gams:formulate_logical_expressions_in_equations

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gams:formulate_logical_expressions_in_equations [2008/09/25 17:00] support |
gams:formulate_logical_expressions_in_equations [2013/08/05 10:00] (current) support |
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====== How do I formulate logical expressions in equations? ====== | ====== How do I formulate logical expressions in equations? ====== | ||

- | GAMS does not reformulate logical expressions. You need to do this by hand. If you need help coming up with the right model you should try to read HP Willams Book on Modeling (http://www.amazon.com/Model-Building-Mathematical-Programming-4th/dp/0471997889). It explains how to use the ''bigM'' method to linearize logical constraints. | + | GAMS does not reformulate logical expressions. You need to do this by hand. If you need help coming up with the right model you should try to read HP Williams Book on Modeling (http://www.amazon.com/Model-Building-Mathematical-Programming-4th/dp/0471997889). It explains how to use the ''bigM'' method to linearize logical constraints. |

For example, if you have a logical expression ''i=1 <=> a > b'' then you can reformulate this as | For example, if you have a logical expression ''i=1 <=> a > b'' then you can reformulate this as | ||

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''a > b - bigM * (1-i)'' | ''a > b - bigM * (1-i)'' | ||

- | Try to evaluate: If ''i=1'' then the first constraint will not be effective if ''bigM'' is big enough while the second equation will read ''a>b''. If ''i=0'', the first constraint ensures ''a<=b'' while the second will | + | Try to evaluate: If ''i=1'' then the first constraint will not be effective if ''bigM'' is big enough while the second equation will read ''a>b''. If ''i=0'', the first constraint ensures ''a%%<=%%b'' while the second will |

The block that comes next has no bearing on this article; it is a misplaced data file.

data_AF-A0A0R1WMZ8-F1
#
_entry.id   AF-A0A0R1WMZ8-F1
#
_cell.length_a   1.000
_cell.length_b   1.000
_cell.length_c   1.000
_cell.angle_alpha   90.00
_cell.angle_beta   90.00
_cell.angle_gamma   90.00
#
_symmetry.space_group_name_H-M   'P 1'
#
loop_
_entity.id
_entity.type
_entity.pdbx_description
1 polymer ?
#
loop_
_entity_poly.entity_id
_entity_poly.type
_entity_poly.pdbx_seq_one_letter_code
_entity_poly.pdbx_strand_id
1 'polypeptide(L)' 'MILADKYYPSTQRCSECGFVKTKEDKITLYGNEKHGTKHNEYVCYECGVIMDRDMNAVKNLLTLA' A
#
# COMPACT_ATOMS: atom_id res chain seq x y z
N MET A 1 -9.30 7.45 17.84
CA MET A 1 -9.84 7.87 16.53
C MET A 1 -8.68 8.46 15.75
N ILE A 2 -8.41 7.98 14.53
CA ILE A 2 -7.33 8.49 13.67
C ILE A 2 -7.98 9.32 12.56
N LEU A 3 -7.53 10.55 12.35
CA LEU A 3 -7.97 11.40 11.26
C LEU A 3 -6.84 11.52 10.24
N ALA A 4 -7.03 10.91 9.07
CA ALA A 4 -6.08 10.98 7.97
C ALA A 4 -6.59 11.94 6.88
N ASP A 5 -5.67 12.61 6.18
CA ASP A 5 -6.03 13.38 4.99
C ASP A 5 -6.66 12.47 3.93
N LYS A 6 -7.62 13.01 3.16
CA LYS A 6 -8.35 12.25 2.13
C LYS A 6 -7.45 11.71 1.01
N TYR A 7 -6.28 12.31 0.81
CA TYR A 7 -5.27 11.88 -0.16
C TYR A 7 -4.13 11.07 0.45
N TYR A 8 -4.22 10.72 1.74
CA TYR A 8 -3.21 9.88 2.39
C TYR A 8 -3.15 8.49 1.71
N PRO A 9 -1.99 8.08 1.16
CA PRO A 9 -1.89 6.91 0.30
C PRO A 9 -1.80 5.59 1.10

never be active if ''bigM'' is big enough. The second constraint has some issues since we can't have strict "greater than" constraints in a mathematical programs. So you either don't care what happens to i at | never be active if ''bigM'' is big enough. The second constraint has some issues since we can't have strict "greater than" constraints in a mathematical programs. So you either don't care what happens to i at | ||

the point ''a=b'' or you rewrite the constraint as ''a > b + 1e-6 - bigM*(1-i)'' or some other small number. ''bigM'' can be usually calculated from the data of the problem, don't make it just "big", since the solvers won't | the point ''a=b'' or you rewrite the constraint as ''a > b + 1e-6 - bigM*(1-i)'' or some other small number. ''bigM'' can be usually calculated from the data of the problem, don't make it just "big", since the solvers won't |

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